Tag Archives: successful advertising

Where should you place your advertising?

There are so many advertising mediums. This can be the most confusing step for any brand manager or anyone in business.

Where you place your advertising should be based on a simple principle.

Go where your target audience is most likely to see, read or hear it.

There is no single medium that is good or bad. All will reach an audience.

Simply put, the medium or mediums to use are the ones that fit your advertising objectives reach your target market and fit within your budget.

 

For more information about Jarvis, our work and team – please visit jarvismarketing.com.au

Advertisements
Tagged , , , , , , , , , , , , , , , , , , , , , , , , , , , , , , , , , , , , , , , , , , , , , ,

What should your advertising say?

Make your offer interesting

Translate the interesting elements into meaningful benefits

State your benefits as believable

Get the prospects attention

Motivate your prospect to take action

Communicate clearly

Measure against you plan

 

Once you have worked all this out hire someone who knows how to write and produce ads to make yours. Not a PR firm. Not a designer. Not a printer. Not a media business. Not the publication. Not the radio or TV station. A marketing and advertising agency that knows what they are doing and have a track record.

 

For more information about Jarvis, our work and team – please visit jarvismarketing.com.au

Tagged , , , , , , , , , , , , , , , , , , , , , , , , , , , , ,

Be consistent with your advertising effort

 Whatever your approach, be consistent!

Don’t expect advertising to work instantly. One exposure to a potential customer in a purchasing cycle has little or no effect unless they are absolutely in the market for your product or service.

Build trust with your potential customers by being consistent and continuing to communicate with them through good and tough times. Just like any relationship. The optimum level of exposures to your target market in a purchasing cycle is three.

This is the area where businesses fail the most. They will try something then when it doesn’t work after a short time they will stop. Then months later try something different. This inconsistent approach is confusing to the market so they ignore you.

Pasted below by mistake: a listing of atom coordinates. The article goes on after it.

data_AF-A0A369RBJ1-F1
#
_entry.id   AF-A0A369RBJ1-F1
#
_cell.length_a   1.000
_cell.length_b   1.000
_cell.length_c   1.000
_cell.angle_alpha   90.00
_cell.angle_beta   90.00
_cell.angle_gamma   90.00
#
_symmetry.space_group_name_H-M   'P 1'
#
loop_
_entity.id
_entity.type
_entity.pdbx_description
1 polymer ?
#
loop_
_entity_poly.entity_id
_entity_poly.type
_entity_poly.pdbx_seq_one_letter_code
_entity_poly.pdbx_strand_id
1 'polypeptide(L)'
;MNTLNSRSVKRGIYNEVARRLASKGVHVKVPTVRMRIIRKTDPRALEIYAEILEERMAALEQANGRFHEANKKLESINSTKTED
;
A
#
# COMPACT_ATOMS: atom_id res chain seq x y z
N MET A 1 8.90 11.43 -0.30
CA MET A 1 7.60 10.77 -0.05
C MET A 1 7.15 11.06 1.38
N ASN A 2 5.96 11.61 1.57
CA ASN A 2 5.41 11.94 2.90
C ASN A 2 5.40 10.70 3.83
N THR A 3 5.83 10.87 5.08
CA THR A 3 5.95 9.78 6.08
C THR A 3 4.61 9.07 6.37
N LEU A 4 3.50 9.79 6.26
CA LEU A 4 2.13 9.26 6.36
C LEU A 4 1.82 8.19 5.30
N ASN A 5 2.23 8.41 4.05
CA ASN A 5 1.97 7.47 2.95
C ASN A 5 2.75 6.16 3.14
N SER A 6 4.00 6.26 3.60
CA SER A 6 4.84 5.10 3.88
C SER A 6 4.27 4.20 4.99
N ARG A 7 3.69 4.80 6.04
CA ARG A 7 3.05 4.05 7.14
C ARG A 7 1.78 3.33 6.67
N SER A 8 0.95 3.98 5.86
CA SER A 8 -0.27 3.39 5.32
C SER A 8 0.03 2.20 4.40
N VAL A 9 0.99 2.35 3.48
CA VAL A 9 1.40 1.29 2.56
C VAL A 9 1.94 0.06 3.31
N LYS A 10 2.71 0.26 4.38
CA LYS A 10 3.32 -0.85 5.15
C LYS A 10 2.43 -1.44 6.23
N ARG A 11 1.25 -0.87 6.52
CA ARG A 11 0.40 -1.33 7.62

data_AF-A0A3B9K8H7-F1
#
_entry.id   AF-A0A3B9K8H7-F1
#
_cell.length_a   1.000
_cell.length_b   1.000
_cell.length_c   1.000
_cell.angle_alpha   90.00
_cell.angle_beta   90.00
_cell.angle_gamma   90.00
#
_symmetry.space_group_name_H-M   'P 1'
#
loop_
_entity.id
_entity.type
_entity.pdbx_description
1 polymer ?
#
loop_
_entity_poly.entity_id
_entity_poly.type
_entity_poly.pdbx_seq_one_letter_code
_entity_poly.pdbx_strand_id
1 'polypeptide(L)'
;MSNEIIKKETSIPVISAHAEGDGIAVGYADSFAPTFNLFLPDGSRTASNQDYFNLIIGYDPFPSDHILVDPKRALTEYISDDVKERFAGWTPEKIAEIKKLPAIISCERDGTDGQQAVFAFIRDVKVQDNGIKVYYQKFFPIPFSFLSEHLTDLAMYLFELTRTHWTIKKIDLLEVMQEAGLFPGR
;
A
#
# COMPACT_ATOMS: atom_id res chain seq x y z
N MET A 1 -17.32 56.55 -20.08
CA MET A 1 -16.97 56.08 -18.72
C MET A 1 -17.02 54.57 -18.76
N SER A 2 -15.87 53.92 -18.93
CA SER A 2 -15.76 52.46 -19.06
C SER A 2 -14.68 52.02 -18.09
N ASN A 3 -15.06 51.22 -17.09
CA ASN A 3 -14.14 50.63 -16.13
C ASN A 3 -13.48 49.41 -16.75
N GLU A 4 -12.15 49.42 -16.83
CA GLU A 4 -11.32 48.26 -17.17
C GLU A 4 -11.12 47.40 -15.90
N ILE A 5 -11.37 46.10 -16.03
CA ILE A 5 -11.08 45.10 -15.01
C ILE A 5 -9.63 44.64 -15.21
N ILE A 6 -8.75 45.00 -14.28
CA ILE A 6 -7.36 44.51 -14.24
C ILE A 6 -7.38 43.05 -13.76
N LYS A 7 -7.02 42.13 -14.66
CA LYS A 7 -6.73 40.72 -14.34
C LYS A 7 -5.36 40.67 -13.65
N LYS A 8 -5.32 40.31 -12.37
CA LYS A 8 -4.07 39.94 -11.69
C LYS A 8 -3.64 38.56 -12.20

For more information about Jarvis, our work and team – please visit jarvismarketing.com.au

Tagged , , , , , , , , , , , , , , , , , , , , , , , , , , , , , , , , , , , , , , , , , , , , , , , , , , ,

Selling is not just SELLING!

creative-advertisement-16

(Image: Graphic Design Junction)

“People love to buy things, but almost no one wants to be sold.”

Thousands of people are eager to buy what you sell. They want the benefits, the convenience, the comfort or prestige that you can provide. Human beings are an acquisitive bunch! We want stuff!

The “desire to acquire” goes deep, and it’s a good thing.

So, if you aren’t making the sales you would like, let me suggest that the problem is not with your customers, but with you. The problem is likely one of the following:

1.  Not enough potential customers know about you or that your product could enrich their lives. This is a marketing problem, and as a business leader it is your job to solve it. Let people know! Get out there and get in the game!

2.  Or, the other possibility is that you’re trying too hard to “sell.”

Personally, I have a deep-seated aversion to being “sold” anything. I see websites that seem manipulative or dishonest. I see sales techniques that fail to build trust or credibility, and they do not attract me.

But people are eager to buy benefits! They buy solutions to their problems. They buy things that make their lives better, easier, simpler, healthier or more comfortable. They buy stuff that makes them happy. And they buy from people they know and like and trust.

Creative-Ads-10

(Image: Viralblender)

If enough people “know and like and trust” you, they will listen when you offer a product or service that makes their lives better. If they “know and like and trust” you, they will flock to your door and you’ll make all the sales you need.